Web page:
Liquid vs Stiff Starter: Do I need both?

Which type of starter will be most beneficial?

The question of stiff vs liquid starter has recently been bought up here on Yumarama and since it was discussed over on Mellow Bakers previously previously, I thought it wouldn’t hurt to carry that conversation across to the blog as well.

BREAD2AngleSomeone recently asked what the point was between using stiff and liquid levain, specifically in Jeffery Hamelman’s book BREAD. I pondered and, in effect, could not come up with a solid answer for myself, primarily because I haven’t really dabbled with a stiff starter very much. But still, why DOES Jeffrey ask for a stiff starter here or a liquid (he prefers 125%) there? In other words, what are the benefits of each, in his view?

So I figured I’d go to the source and ask.

Hi Jeffrey,

Someone recently brought up a question I was a little confused about and figured I’d go to the source to see about an explanation.

Continue reading

Scones&FrenchBread

CIVI Pro Baking Class, Week One

Finally! Yes, it’s finally Aug 29th and day one of baking class at the CIVI* begin for my 2011-2012 session. I’ve been looking forward to this day with great excitement for a while now and it’s really, actually here.

CIVI

Can I get a “Woohoo!!”*

* What is CIVI? The official name for the baking end of VIU is actually “The Culinary Institute of Vancouver Island” Pretty fancy, eh?

Being that the first couple of days are mostly orientation, we spend the majority of days one and two just going through the basic inauguration into the University: After introductions from our teachers, Mr Martin Barnett and Chef Ken Harper, we meet a few of the important people in the bureaucratic background, taken for a quick tour of the corners we’ll haunt, such as the Food Lab, got our Student Cards, hit up the bookstore to spend more money, etc.. Wednesday we had off (but lots of reading homework) due to the Uni having a “pre-class” staff meeting. Since Pro Baking is starting almost 2 weeks early in order to be ready to pump out breakfast goodies when school officially opens, our teachers are taken away for that day.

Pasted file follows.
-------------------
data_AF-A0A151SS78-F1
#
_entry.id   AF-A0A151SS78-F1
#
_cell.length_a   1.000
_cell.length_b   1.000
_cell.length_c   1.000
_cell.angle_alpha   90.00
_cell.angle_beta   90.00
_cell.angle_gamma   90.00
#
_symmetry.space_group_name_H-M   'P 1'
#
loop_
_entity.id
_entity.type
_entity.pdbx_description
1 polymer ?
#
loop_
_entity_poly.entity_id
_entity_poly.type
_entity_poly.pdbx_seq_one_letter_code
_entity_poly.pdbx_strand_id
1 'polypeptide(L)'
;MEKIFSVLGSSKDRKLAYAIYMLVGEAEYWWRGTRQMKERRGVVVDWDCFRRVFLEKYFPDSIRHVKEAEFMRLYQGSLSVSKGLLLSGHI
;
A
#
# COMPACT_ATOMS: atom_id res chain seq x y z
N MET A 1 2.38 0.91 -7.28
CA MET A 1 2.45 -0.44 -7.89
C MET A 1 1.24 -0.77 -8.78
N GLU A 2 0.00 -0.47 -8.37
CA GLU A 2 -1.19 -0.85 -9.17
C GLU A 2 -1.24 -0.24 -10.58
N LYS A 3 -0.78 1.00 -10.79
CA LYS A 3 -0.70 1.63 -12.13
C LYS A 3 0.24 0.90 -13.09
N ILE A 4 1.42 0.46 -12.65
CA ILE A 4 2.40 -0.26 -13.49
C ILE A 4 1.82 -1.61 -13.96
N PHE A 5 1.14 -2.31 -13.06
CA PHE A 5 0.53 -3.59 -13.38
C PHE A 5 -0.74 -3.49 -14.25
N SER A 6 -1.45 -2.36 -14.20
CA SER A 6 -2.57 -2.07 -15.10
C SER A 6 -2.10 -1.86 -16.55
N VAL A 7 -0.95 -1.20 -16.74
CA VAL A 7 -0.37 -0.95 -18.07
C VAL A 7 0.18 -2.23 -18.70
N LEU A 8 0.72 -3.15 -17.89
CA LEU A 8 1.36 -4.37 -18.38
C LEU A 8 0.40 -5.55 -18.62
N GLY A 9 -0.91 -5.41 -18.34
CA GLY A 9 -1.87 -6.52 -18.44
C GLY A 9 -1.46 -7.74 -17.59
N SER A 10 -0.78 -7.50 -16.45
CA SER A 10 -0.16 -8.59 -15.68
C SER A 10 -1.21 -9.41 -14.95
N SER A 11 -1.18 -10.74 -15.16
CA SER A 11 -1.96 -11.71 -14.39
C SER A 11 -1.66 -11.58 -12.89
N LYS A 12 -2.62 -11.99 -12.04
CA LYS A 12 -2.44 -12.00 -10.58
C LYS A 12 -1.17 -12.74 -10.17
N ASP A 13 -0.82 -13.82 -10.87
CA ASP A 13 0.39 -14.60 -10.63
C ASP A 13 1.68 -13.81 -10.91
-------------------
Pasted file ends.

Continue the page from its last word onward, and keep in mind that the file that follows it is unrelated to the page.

At last, Thursday came along and we are now actually, really, ready to bake! Continue reading

Monty would be Proud

As of this very minute, about 4 p.m. on Thursday Aug 25, 2011, the Yumarama Blog has just 24 of them to go before hitting the amazing milestone of

Yes, we’ve now received TWENTY THOUSAND Spam comments! Spam, spam, spam, spam and spam… as Monty Python said so many years back.

This blog started up back in April 2008 and in that time has seen a pretty steady increase of not just spammers but actual visitors as well. Although we’re not exactly Google-ish in visitor count, Continue reading

Changing Courses: Pro Baking on the Horizon

The Yumarama Bread Blog is about to see a slight change in focus. It seems, you see, that I’ve somehow got myself enrolled into a Professional Baking Course at the local university  - Vancouver Island University, a.k.a. VIU, a.k.a The Culinary Institute of Vancouver Island –  which happens to be literally 5 minutes away from home.

What’s the focus and how will it affect what I post here?

The course is focused on a number of baking practices and areas, aside from straight up bread making. The course outline states:

“In addition to theory courses, the program covers artisan and commercial breads, rolls, sweet yeast products, pies, puff pastry, cookies, cakes, decoration, icing and finishing, French pastries, muffins, cup cakes, marzipan and chocolate. Also covered in the program are safety, conventional kitchen skills, sanitation, personal skills, and elementary management procedures. Students will also be trained in the operation and use of our newly built wood-fired brick oven (the first in a Canadian Educational facility).”